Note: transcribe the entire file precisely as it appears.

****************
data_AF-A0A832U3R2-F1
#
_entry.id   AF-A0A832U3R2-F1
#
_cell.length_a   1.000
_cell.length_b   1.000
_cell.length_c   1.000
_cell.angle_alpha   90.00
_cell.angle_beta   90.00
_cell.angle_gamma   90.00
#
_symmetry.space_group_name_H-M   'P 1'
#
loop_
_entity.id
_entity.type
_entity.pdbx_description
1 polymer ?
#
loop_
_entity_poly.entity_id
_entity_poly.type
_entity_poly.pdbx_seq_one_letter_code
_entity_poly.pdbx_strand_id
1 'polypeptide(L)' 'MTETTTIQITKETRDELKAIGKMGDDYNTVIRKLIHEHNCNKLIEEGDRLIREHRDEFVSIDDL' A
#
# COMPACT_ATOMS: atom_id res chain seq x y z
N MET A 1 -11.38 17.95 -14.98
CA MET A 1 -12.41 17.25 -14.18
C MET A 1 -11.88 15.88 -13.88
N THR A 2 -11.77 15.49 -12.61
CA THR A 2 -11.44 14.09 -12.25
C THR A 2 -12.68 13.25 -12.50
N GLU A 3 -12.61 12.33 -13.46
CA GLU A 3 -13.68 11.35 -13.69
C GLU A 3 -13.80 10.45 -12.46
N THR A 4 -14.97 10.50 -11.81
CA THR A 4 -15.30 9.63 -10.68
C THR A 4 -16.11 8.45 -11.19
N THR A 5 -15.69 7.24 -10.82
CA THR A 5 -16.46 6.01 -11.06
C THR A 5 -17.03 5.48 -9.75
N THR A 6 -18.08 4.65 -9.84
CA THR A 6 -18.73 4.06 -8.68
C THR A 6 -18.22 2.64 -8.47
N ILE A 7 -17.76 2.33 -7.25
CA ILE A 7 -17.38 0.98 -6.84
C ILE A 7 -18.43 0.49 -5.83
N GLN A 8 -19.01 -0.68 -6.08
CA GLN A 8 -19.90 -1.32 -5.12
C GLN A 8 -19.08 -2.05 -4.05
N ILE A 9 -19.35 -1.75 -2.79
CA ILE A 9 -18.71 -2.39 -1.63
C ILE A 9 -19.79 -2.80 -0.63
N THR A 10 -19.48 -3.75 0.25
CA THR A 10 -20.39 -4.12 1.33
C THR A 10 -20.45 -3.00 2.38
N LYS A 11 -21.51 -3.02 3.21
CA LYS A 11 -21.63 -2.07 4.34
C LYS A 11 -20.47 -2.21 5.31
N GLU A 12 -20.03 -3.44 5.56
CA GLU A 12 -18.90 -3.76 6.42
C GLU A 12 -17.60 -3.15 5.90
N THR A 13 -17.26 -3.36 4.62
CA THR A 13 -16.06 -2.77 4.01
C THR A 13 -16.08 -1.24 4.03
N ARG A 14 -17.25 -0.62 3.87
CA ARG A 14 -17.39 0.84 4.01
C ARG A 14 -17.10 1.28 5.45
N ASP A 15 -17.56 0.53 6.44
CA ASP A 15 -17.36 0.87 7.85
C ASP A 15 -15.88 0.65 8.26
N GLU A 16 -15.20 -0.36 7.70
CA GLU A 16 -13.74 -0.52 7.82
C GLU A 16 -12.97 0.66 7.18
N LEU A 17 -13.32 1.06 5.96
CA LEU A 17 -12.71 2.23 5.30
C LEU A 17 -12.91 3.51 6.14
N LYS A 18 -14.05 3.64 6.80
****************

data_AF-A0A832U3R2-F1
#
_entry.id   AF-A0A832U3R2-F1
#
_cell.length_a   1.000
_cell.length_b   1.000
_cell.length_c   1.000
_cell.angle_alpha   90.00
_cell.angle_beta   90.00
_cell.angle_gamma   90.00
#
_symmetry.space_group_name_H-M   'P 1'
#
loop_
_entity.id
_entity.type
_entity.pdbx_description
1 polymer ?
#
loop_
_entity_poly.entity_id
_entity_poly.type
_entity_poly.pdbx_seq_one_letter_code
_entity_poly.pdbx_strand_id
1 'polypeptide(L)' 'MTETTTIQITKETRDELKAIGKMGDDYNTVIRKLIHEHNCNKLIEEGDRLIREHRDEFVSIDDL' A
#
# COMPACT_ATOMS: atom_id res chain seq x y z
N MET A 1 -11.38 17.95 -14.98
CA MET A 1 -12.41 17.25 -14.18
C MET A 1 -11.88 15.88 -13.88
N THR A 2 -11.77 15.49 -12.61
CA THR A 2 -11.44 14.09 -12.25
C THR A 2 -12.68 13.25 -12.50
N GLU A 3 -12.61 12.33 -13.46
CA GLU A 3 -13.68 11.35 -13.69
C GLU A 3 -13.80 10.45 -12.46
N THR A 4 -14.97 10.50 -11.81
CA THR A 4 -15.30 9.63 -10.68
C THR A 4 -16.11 8.45 -11.19
N THR A 5 -15.69 7.24 -10.82
CA THR A 5 -16.46 6.01 -11.06
C THR A 5 -17.03 5.48 -9.75
N THR A 6 -18.08 4.65 -9.84
CA THR A 6 -18.73 4.06 -8.68
C THR A 6 -18.22 2.64 -8.47
N ILE A 7 -17.76 2.33 -7.25
CA ILE A 7 -17.38 0.98 -6.84
C ILE A 7 -18.43 0.49 -5.83
N GLN A 8 -19.01 -0.68 -6.08
CA GLN A 8 -19.90 -1.32 -5.12
C GLN A 8 -19.08 -2.05 -4.05
N ILE A 9 -19.35 -1.75 -2.79
CA ILE A 9 -18.71 -2.39 -1.63
C ILE A 9 -19.79 -2.80 -0.63
N THR A 10 -19.48 -3.75 0.25
CA THR A 10 -20.39 -4.12 1.33
C THR A 10 -20.45 -3.00 2.38
N LYS A 11 -21.51 -3.02 3.21
CA LYS A 11 -21.63 -2.07 4.34
C LYS A 11 -20.47 -2.21 5.31
N GLU A 12 -20.03 -3.44 5.56
CA GLU A 12 -18.90 -3.76 6.42
C GLU A 12 -17.60 -3.15 5.90
N THR A 13 -17.26 -3.36 4.62
CA THR A 13 -16.06 -2.77 4.01
C THR A 13 -16.08 -1.24 4.03
N ARG A 14 -17.25 -0.62 3.87
CA ARG A 14 -17.39 0.84 4.01
C ARG A 14 -17.10 1.28 5.45
N ASP A 15 -17.56 0.53 6.44
CA ASP A 15 -17.36 0.87 7.85
C ASP A 15 -15.88 0.65 8.26
N GLU A 16 -15.20 -0.36 7.70
CA GLU A 16 -13.74 -0.52 7.82
C GLU A 16 -12.97 0.66 7.18
N LEU A 17 -13.32 1.06 5.96
CA LEU A 17 -12.71 2.23 5.30
C LEU A 17 -12.91 3.51 6.14
N LYS A 18 -14.05 3.64 6.80